Mingus the Super Dog and I took a lunch break to walk over to the hardware store. One of his favorite places (can’t you tell?) because they let dogs come in, and give them treats. He’s very well behaved. Well, MtSD and his parental units are headed up to Ashland, Oregon on Monday to get some culture at the Oregon Shakespeare Festival. We’ll see how the Dog does on an extended road trip. He’s not the only one looking forward to it.
Archive for July, 2009
I’ve written about foundation funding for journalism before (in fact, it was what got me started doing this thing in the first place). But Clay Shirky’s Cato-Unbound piece (interesting choice of publication site) arguing inter alia that we’re entering “a second great age of patronage” got me thinking again about this topic.
Shirky writes: this new patronage is
“. . .either of the ‘one rich person’ model, as with Richard Mellon Scaife’s subsidy of conservative journals, or the NPR Fund Drive model, where the small core of highly involved users makes above-market-price donations to provision a universally accessible good run for revenue but not for profit.”
Your local journalism fundraiser says it’s actually got to be both at the same time – since that is what a successful nonprofit fundraising program almost always looks like. It’s a measure of just how far the new nonprofit journalism world has to yet to go, fundraising-wise, that Clay sets up a distinction where it’s actually a continuum. Of course, there are reasons for that: mainly, the way these new projects are getting started – with (relatively) big money, and little or no membership/community base. And since journalists tend to be lousy community organizers, this could be a problem.
I finished up the Stanford Professional Publishing Course (Twitter hashtag: #sppc09) magazine track last night, following a week on campus at The Farm with 60 other media folk from around the world. (I was lucky enough to get a scholarship from Amazon to pay my way; here’s the essay I wrote for the application, annotated with my alter ego color commentary.)
It’s been years (25 or so) since I’ve had the privelege of being in such internationally diverse company. About half came from countries other than the United States with Mexico and Latin America particularly well represented. Really enjoyed conversation, dinner, drinks with peeps from Uganda, Holland, Spain, Mexico, Brazil, Costa Rica, Russia, Poland – the list goes on.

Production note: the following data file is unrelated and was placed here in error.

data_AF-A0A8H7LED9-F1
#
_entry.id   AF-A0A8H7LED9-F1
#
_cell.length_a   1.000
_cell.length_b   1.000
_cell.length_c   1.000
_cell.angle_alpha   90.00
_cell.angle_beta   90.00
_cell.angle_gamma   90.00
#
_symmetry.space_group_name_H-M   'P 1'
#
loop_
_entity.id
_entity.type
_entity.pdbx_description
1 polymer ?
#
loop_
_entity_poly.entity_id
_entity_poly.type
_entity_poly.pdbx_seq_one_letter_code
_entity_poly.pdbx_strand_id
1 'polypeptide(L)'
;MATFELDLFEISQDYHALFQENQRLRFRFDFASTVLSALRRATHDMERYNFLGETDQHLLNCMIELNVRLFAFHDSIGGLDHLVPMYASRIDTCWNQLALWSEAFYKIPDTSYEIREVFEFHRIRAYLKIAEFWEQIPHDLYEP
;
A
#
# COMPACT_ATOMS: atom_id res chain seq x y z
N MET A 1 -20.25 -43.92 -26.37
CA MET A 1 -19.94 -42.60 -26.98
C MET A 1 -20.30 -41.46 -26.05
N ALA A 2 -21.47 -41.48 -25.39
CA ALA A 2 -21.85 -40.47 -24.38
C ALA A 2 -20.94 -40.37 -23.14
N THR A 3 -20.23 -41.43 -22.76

So I follow @AmandaRMichel, who runs ProPublica’s distributed reporting program, on Twitter. And I think she’s said some of the smartest stuff I’ve seen about what works, what doesn’t, when it comes to distributed or “citizen” journalism, like this CJR piece from last March about her experience with Off The Bus. The fact that she’s not a journalist, but an organizer, matters a lot, I think. Probably decisive.
After hearing her at #pdf09 a couple of weeks ago, I decided I should actually do some distributed reporting (or whatever you want to call it) myself instead of just yammering about it, so that I have at least some hands on experience at the ground level with it. I mean, how hard could it be, right?
Ever have one of those days where, midway through, you realize, oh yeah, I shoulda spent it mostly like this:
That big writing project?
Anyway. One more thing to do tonight, and that’ll be that.
Tomorrow I’m headed down to #sppc09 at The Farm. Pretty amazing collection of people attending. More from that, later on.
First things first: the main generator/switch at MotherJones.com’s Seattle “carrier hotel” (aka server farm) failed early this morning, which resulted in a fire, which triggered the sprinkler system, which took our site (and several others) off line. No indication of when it’ll be back up; we’re actively looking at a Plan B fix (if anyone has ideas for a quick solution, let me know). Silver lining, I guess: it’s happening over a low traffic holiday weekend.
That also means no Friday cat blogging from Kevin, no frog blogging from the MoJo interns. (It also means you can’t get a look at the digital version of the new issue of Mother Jones, which has a totally kick-ass special package, “Wasted,” on the failure of the War on Drugs (so go buy a hard copy over the weekend).